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Watercolour: still life

Weekend-long practical course

Short course

● Fully booked

  • 7 July 2018, 10.30am — 5.30pm
  • 8 July 2018, 10.30am — 5.30pm
This event has now ended

See upcoming short courses

Samuel Smith, A group of four shells on seaweed (detail), 1840.

Watercolour on cream wove paper. 164 x 99 mm.

Led by watercolour artist Sarah Holliday and working with still-life objects, this weekend-long intensive course will explore various techniques and possibilities presented by watercolour, a wonderfully versatile medium.

It could be said that the use of watercolour paint is the original medium for painting. At its most basic, it is ground pigment mixed with water and a binding material, and would have been used in this form to create images on cave walls. Although the chemistry has been refined significantly since then, the components are still much the same: pigment, binder and water.

This weekend-long course explores the diverse methods, tools and techniques that can be used for watercolour painting, exploring the versatility of the medium under the expert guidance of Sarah Holliday. Participants are encouraged to develop their own ideas and themes and explore the range of possibilities that watercolours present, working from a central still life arrangement.

Watercolour is best known for its transparent properties, allowing layers to be built up, creating a luminosity which to some extent defines the medium. This classic painting technique was perfected in England during the 18th and 19th centuries, at which point watercolour was applied in a series of transparent washes that allowed light to be reflected from the surface of the paper through layers of colour. This technique gives watercolour its unique glow. However, watercolour can also be made opaque by mixing with a whiting and in this form is known as body colour, or gouache. This option allows for a greater flexibility in the application of the paint.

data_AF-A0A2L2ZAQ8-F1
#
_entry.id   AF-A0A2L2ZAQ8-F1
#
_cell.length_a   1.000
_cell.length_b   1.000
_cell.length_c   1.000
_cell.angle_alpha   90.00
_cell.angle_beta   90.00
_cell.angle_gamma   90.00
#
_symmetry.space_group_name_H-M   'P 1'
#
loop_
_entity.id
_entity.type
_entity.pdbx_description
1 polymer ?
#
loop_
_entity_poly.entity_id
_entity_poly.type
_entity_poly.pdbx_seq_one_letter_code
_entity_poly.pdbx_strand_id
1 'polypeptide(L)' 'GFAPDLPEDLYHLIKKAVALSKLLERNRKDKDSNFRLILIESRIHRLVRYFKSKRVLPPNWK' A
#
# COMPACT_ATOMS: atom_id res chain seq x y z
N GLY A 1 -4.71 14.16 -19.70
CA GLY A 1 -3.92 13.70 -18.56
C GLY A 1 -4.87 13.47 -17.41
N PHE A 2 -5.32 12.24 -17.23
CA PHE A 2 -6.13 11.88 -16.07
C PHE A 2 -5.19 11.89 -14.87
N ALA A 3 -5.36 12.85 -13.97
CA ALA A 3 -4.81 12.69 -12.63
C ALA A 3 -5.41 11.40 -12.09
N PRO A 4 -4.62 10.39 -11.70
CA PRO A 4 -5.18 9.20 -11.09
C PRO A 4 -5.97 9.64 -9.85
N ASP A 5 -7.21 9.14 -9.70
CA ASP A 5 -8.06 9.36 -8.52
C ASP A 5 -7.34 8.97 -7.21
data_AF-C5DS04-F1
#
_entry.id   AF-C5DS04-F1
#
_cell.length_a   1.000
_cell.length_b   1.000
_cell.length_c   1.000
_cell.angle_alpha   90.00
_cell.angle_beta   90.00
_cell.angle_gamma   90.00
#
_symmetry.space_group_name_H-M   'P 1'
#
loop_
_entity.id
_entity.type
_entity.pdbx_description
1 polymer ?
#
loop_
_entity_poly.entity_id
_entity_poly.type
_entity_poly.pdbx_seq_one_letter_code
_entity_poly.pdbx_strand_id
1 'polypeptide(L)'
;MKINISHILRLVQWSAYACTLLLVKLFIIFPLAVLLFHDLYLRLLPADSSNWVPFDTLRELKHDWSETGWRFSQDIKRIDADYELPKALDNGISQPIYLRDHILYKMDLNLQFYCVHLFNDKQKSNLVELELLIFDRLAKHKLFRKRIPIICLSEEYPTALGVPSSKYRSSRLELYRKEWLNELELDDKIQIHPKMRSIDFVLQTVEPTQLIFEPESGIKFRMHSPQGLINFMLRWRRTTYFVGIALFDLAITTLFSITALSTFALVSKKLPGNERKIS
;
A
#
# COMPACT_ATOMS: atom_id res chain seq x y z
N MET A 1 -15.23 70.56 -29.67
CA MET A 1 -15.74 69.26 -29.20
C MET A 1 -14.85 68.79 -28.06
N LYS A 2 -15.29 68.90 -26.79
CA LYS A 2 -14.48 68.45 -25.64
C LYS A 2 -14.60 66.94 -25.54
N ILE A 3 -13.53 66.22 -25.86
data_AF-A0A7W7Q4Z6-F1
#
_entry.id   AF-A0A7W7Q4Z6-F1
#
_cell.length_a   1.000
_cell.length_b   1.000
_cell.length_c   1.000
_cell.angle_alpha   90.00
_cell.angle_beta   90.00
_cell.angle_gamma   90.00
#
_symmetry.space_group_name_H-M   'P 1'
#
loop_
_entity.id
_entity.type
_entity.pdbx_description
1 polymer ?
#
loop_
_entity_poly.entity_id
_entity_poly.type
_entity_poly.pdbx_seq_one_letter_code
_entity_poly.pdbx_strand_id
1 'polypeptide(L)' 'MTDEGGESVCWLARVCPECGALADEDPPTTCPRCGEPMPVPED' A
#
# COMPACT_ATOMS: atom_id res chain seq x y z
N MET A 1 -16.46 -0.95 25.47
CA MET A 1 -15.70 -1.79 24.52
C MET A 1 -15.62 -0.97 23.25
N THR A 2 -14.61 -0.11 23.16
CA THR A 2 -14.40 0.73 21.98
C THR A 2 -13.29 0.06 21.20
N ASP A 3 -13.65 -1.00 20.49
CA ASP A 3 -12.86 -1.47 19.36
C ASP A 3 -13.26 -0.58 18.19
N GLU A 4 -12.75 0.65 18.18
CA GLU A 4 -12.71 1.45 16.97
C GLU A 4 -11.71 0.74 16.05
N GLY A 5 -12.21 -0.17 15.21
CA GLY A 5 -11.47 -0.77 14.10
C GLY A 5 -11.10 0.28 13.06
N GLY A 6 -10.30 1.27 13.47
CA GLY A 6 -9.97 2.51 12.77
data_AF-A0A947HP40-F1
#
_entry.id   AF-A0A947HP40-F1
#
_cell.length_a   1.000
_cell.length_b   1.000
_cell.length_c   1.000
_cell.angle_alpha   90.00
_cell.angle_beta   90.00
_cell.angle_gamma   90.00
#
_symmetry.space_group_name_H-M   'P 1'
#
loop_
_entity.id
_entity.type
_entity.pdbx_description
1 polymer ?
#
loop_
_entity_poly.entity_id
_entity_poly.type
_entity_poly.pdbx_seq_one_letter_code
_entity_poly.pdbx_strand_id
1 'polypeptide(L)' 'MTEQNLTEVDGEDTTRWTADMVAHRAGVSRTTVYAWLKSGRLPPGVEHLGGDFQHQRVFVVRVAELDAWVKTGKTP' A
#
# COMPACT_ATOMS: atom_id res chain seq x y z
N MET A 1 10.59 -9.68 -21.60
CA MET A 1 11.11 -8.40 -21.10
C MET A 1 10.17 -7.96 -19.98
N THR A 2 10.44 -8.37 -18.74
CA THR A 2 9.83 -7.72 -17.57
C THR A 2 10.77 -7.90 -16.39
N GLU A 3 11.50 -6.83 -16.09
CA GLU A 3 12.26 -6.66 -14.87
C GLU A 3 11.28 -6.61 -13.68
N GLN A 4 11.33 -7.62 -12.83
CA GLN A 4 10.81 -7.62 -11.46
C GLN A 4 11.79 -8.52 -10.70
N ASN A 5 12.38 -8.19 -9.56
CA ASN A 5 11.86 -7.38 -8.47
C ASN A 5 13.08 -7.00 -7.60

In 1768, when the Royal Academy was founded, watercolour was much practised in the topographical manner, and as a way of making preliminary studies. It took artists such as Paul Sandby, often called the “father of the English watercolour”, Thomas Girtin, and J.M.W. Turner to move the medium into a means of expression beyond just studies.

Still-life painting as a genre developed in the 16th and 17th centuries with artists such as Juan Sánchez Cotán and the Netherlandish School. Their paintings ranged from flamboyant arrangements of exotic fruits and vegetables, to one or two closely studied objects. They were always beautifully composed and immaculately painted. More recently, still life has been painted by artists such as Van Gogh, Matisse and Braque, but it took painters such as Cézanne and Morandi to explore the subject fully using watercolour.

During this weekend-long practical course, using still-life arrangements in the RA Schools’ Life Room, participants will be introduced to the exciting possibilities of the medium of watercolour, learning about the materials and the different painting techniques.

● Fully booked

● Cancelled

  • 7 July 2018, 10.30am — 5.30pm
  • 8 July 2018, 10.30am — 5.30pm

The Life Room, Royal Academy Schools

£420. Includes all materials, lunch, and a wine reception.